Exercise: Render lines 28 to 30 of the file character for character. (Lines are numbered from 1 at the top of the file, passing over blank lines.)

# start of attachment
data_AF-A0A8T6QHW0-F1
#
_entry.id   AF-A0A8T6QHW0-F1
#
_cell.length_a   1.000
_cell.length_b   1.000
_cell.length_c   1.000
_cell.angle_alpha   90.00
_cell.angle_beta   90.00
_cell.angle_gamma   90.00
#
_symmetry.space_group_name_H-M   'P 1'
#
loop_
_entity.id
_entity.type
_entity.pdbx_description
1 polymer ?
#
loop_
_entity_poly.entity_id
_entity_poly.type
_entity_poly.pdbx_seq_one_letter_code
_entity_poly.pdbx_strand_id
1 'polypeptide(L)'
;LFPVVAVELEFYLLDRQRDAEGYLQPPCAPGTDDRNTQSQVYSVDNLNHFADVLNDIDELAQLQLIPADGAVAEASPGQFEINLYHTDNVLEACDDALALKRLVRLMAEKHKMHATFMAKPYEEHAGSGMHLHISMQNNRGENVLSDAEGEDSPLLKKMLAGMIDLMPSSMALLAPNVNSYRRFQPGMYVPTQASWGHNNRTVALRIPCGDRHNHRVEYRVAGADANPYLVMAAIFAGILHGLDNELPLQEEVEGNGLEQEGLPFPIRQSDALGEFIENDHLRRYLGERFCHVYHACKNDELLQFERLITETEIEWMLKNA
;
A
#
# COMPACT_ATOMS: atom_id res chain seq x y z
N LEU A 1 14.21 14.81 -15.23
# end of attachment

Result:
A
#
# COMPACT_ATOMS: atom_id res chain seq x y z